Raymond Sternberg discovered this animal but it was first named by Charles Whitney Gilmore. The Chirostenotes pergracilis lived about 76.5 million years ago and was not a bird or an ancestor of birds. Having no teeth, the jaw of this dinosaur species was shaped like a beak. They had long slender arms and equally lean feet that were very powerful for running. The Chirostenotes claw was sharp enough to sink into soft prey animals. Modern birds and the Chirostenotes may have had a common ancestor. In 1990, scientists were able to draw some conclusions. They stated that the Macrophalangia is similar to the Chirostenotes in their feet appearance. Nevertheless, the Caenagnathus was concluded to be a separate new genus. Maastrichtian bones were different from those of the Chirostenotes, as the jaws consisted of teeth. Some paleontologists also believe that the claw was used or gaining a hold on the rocks of cliffs, like a supporting hook.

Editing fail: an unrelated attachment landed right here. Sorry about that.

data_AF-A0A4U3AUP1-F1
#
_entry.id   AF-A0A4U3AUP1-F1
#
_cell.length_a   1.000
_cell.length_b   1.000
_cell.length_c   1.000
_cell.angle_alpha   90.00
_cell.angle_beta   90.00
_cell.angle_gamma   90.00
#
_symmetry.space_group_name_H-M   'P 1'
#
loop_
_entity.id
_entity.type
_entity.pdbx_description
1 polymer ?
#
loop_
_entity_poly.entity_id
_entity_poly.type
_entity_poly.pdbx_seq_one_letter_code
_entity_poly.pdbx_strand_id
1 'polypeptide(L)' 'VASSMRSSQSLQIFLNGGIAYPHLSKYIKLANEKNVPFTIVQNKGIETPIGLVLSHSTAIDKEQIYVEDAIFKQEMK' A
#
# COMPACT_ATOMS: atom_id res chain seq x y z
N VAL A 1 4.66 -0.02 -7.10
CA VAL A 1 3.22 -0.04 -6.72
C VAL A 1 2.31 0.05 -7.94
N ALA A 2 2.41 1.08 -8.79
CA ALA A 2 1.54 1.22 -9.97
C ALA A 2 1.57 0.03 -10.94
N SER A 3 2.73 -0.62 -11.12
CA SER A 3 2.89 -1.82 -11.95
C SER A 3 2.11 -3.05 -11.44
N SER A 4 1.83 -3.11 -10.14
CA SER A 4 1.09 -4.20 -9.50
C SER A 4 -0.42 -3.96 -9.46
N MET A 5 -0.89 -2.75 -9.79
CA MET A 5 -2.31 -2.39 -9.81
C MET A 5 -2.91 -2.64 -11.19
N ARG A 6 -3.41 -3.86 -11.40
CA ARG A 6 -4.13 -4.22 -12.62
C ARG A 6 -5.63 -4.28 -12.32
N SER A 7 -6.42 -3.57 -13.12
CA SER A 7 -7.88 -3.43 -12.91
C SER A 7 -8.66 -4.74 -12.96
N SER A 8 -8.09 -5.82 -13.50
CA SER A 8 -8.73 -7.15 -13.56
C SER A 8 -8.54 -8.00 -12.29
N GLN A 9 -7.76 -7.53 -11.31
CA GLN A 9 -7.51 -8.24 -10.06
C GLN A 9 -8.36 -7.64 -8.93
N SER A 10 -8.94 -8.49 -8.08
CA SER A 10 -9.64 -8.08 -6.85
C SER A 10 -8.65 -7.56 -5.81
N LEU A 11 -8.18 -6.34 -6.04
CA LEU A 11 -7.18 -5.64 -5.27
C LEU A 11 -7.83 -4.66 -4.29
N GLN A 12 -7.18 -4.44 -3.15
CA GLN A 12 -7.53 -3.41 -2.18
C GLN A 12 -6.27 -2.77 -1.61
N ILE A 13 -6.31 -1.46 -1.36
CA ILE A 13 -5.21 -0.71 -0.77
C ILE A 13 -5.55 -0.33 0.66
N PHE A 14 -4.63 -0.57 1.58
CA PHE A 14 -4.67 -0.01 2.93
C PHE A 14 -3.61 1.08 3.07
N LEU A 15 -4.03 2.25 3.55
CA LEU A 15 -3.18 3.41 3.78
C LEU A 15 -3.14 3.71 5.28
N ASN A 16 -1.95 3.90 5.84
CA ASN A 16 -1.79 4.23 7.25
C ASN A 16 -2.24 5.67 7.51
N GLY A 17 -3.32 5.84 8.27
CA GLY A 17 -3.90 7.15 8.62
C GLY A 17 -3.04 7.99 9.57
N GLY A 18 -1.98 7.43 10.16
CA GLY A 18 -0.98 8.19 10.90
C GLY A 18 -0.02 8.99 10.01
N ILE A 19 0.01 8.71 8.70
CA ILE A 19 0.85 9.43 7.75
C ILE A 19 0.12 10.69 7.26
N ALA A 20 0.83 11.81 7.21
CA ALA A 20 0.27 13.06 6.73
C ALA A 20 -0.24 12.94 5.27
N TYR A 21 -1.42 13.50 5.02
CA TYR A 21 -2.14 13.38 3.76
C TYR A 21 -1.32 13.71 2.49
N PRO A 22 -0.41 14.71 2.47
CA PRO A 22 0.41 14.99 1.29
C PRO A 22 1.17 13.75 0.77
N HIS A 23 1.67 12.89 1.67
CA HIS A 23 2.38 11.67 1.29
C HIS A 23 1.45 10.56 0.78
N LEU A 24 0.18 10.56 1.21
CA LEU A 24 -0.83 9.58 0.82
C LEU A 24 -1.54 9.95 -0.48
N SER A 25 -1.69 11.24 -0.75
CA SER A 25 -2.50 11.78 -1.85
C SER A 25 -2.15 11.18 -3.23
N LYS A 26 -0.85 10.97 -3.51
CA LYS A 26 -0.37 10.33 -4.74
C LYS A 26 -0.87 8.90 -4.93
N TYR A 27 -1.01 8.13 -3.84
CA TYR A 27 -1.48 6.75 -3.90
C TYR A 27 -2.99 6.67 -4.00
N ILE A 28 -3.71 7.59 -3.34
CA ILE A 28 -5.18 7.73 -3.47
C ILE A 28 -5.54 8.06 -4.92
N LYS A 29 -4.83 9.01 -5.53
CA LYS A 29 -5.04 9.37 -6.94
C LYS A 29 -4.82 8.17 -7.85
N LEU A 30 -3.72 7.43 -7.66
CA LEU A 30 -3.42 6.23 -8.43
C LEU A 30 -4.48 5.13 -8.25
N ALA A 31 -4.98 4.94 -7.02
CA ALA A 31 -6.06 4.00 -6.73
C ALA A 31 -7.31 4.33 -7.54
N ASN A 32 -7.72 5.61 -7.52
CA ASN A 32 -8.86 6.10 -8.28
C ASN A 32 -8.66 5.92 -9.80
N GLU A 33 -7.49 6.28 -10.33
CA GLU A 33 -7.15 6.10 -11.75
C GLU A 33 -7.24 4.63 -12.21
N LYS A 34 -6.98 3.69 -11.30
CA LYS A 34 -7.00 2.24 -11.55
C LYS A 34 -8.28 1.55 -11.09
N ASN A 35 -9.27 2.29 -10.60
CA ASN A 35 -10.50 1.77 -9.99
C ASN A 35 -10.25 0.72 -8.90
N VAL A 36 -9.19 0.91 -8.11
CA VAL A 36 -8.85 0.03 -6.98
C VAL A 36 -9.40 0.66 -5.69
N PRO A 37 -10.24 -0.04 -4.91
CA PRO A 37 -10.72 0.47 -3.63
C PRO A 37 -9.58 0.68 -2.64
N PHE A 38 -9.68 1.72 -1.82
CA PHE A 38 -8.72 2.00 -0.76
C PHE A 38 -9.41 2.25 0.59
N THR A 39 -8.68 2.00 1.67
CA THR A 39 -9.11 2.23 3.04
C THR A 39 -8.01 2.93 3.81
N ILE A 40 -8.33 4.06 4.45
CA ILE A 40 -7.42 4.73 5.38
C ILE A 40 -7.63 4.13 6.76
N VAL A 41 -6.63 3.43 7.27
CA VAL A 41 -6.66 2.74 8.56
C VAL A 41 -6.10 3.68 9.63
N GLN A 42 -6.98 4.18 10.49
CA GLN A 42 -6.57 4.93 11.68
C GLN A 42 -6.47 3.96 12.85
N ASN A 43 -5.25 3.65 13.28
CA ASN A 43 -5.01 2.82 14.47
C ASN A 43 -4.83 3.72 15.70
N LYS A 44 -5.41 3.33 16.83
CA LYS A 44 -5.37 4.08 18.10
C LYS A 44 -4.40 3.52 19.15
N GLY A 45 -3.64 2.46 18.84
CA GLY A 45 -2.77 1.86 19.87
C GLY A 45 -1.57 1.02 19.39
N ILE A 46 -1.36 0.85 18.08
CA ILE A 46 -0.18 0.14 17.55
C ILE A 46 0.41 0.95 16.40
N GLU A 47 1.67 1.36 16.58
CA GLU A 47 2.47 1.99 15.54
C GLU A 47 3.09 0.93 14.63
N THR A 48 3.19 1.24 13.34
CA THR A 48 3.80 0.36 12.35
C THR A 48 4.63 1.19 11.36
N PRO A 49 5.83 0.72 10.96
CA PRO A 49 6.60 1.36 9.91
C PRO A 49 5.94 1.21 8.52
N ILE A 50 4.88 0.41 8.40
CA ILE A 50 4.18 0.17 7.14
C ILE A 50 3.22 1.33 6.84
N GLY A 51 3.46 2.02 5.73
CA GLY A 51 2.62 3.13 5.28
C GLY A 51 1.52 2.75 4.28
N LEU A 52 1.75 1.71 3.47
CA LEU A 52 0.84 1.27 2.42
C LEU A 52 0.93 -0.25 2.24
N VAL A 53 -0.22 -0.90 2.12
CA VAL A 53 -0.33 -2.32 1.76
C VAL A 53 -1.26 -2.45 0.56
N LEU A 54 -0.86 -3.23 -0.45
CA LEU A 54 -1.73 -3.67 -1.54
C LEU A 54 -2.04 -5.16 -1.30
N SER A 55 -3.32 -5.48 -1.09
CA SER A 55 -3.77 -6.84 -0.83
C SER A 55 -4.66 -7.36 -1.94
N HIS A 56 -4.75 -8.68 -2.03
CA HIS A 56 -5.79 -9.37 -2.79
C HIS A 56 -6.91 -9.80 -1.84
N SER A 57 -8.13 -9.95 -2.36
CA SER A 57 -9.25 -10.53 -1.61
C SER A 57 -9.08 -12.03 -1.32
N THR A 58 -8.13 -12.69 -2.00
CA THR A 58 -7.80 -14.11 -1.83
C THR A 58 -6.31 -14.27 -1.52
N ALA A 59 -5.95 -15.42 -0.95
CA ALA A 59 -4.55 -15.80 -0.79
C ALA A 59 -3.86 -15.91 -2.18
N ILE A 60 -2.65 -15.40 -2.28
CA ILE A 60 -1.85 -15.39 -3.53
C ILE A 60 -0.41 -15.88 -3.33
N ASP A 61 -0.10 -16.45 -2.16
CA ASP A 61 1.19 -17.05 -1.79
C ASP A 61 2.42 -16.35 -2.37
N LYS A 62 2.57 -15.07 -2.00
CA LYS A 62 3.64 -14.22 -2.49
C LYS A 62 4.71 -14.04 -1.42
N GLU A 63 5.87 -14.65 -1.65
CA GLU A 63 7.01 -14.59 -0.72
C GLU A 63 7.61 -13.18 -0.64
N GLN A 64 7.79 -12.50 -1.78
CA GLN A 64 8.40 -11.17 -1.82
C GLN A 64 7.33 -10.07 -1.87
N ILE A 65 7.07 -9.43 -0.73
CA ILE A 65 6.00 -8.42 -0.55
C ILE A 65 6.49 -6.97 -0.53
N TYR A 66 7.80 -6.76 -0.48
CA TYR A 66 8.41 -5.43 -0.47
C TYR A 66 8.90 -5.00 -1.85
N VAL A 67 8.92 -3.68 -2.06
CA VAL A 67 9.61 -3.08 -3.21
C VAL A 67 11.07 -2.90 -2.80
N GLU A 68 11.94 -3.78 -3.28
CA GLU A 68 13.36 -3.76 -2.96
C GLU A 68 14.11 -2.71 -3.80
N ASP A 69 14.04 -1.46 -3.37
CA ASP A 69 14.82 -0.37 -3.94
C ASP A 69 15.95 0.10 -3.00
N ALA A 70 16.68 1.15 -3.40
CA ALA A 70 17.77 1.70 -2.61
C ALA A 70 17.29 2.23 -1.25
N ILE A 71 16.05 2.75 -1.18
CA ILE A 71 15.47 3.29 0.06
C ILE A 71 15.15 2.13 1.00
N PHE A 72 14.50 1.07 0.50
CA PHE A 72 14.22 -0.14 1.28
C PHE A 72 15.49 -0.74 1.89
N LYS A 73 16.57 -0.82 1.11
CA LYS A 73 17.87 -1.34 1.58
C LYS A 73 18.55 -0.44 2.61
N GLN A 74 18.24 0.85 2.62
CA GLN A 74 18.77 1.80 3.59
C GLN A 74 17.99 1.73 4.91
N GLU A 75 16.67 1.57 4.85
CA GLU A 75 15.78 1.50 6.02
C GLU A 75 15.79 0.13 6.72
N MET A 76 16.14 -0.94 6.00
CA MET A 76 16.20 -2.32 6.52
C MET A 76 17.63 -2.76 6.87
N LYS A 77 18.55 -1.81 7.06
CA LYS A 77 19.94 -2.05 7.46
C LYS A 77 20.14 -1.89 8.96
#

It is not known how many bones the Chirostenotes had. Considering their size, they would have definitely had more than 100 bones! They were believed to be related to species like Anzu wyliei and Caenagnathus collinsi since they had similar-looking beaks.
This dinosaur species would have engaged in a lot of vocal and visual displays. Those communications likely included hoots and hollers, cracking sounds, dance, and song.
This animal with long arms, slender toes, and jaws without teeth was about 8.2 ft (2.5 m) in length and about 4.9 ft (1.4 m) in height.
Its bones did not show any clear indication that it could fly. However, from the feet fossils that were discovered, they could have been excellent runners although the exact speed remains unknown till today.
These dinosaur species, thought to be Caenagnathus at first, do not have any sex-specific male or female names.
The babies of this species are called hatchlings or nestlings, just like all other dinosaur babies.